4. Dynamic Data Types (2020-Present):

  • Microsoft introduced dynamic data types in Power BI, allowing users to automatically detect and apply appropriate data types to fields based on the data they contain. This feature simplified the data preparation process.

5. Continuing Enhancements (Ongoing):

  • Microsoft continues to invest in Power BI's data preparation and modeling capabilities. As of my last knowledge update in September 2021, Power BI had an evolving feature set to support a variety of data types, including as text, numbers, dates, times, images, URLs, geographical data, and more.
  • Ongoing updates and enhancements in Power BI are likely to expand the support for data types, making it even more versatile and user-friendly.

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Data types in PowerBI

Data types in PowerBI

Text (or Text/String): This data type is used for representing alphanumeric characters, including letters, numbers, and symbols. It's typically used for fields like names, descriptions, and labels.

Whole Number (or Integer): This data type represents whole numbers without decimal points. It's used for fields like counts, quantities, and identifiers.

Decimal Number (or Double): Decimal numbers can have decimal points and are used for fields that require precision, such as monetary values, percentages, and measurements.

Date/Time: This data type is used to store date and time information. It can represent a date, time, or both. Date/time data is often used for time series analysis and date-based visualizations.

Boolean: A boolean data type represents binary values, typically "True" or "False." It's used for fields with yes/no or true/false answers.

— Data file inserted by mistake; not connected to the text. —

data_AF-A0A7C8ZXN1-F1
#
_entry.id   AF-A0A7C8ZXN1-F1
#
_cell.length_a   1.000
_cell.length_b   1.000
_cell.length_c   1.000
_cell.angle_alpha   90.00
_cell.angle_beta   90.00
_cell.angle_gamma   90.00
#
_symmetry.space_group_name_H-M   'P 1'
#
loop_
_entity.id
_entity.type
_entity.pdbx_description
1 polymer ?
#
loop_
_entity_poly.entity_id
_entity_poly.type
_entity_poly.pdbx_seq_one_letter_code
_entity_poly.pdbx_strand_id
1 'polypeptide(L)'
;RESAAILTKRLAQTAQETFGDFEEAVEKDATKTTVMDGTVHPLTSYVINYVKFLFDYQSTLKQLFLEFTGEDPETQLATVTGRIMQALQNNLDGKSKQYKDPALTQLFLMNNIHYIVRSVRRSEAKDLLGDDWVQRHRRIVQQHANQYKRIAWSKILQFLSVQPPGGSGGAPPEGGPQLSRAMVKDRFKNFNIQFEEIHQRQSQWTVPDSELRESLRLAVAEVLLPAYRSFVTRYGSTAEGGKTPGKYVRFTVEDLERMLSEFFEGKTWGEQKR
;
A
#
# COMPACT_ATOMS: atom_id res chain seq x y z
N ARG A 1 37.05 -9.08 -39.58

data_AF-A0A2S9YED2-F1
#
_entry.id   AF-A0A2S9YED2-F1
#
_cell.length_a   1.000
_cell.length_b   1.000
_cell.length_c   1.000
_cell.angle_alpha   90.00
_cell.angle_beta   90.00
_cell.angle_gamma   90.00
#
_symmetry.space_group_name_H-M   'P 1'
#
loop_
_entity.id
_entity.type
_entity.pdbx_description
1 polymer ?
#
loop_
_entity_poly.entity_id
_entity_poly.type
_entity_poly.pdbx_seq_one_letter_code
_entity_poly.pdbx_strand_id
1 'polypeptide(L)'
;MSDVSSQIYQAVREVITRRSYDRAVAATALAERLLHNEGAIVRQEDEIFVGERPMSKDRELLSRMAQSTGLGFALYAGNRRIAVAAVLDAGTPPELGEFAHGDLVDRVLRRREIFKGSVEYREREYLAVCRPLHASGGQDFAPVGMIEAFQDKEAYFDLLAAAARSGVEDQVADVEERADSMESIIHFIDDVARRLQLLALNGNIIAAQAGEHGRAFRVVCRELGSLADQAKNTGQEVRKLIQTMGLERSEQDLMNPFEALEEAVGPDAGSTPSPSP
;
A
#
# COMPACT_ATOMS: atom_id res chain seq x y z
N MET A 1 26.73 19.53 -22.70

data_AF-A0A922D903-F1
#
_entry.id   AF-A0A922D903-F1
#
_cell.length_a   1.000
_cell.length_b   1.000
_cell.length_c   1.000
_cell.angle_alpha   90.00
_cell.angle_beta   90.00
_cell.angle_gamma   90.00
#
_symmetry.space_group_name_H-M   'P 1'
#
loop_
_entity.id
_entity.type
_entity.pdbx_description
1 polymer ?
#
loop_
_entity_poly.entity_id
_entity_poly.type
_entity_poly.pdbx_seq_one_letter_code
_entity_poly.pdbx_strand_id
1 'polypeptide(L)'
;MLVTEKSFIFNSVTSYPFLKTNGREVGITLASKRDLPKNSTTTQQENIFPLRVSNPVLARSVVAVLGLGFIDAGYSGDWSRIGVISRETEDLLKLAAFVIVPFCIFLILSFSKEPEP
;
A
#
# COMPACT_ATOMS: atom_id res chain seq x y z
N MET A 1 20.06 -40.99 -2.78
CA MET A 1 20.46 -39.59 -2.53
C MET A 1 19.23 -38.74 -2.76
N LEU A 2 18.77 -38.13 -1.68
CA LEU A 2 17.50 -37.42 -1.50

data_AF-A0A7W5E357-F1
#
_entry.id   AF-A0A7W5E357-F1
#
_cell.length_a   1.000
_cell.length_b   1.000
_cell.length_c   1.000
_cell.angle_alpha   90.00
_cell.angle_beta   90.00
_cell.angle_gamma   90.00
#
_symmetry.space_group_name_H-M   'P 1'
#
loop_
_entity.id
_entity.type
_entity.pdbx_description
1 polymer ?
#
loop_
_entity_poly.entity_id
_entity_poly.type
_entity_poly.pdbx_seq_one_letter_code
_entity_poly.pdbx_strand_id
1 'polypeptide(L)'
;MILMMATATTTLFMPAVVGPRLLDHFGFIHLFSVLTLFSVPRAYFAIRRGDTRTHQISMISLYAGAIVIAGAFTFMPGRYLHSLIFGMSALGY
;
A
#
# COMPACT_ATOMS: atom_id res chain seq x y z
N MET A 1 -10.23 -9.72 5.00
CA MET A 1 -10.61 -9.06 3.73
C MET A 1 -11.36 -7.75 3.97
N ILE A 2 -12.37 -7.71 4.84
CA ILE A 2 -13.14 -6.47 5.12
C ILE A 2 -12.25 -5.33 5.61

Currency: The currency data type is specialized for monetary values. It can include a symbol and formatting specific to currency.

Percentage: This data type is used for fields that represent percentages. It includes a percentage symbol and formatting for percentages.

Whole Number (or Auto-detect): Power BI can automatically detect the data type for a field based on the values it contains. When working with text, this is especially helpful. fields that should be treated as whole numbers.

Duration: Duration data type is used for time-based fields to represent a period of time. It allows calculations and formatting related to time intervals.

Time: The time data type represents a specific time of day. It is used for fields where the time of an event or occurrence is significant.

Geography: Geography data types are used to represent geographical locations, such as cities, countries, or latitude/longitude coordinates. They enable mapping and location-based visualizations.

Image URL: Image URL data types are used to display images in your reports by providing a URL to the image. It allows the embedding of external images in your visuals.

Web URL: Web URL data types are used to create clickable hyperlinks in your reports. You can link to external websites or internal reports and dashboards.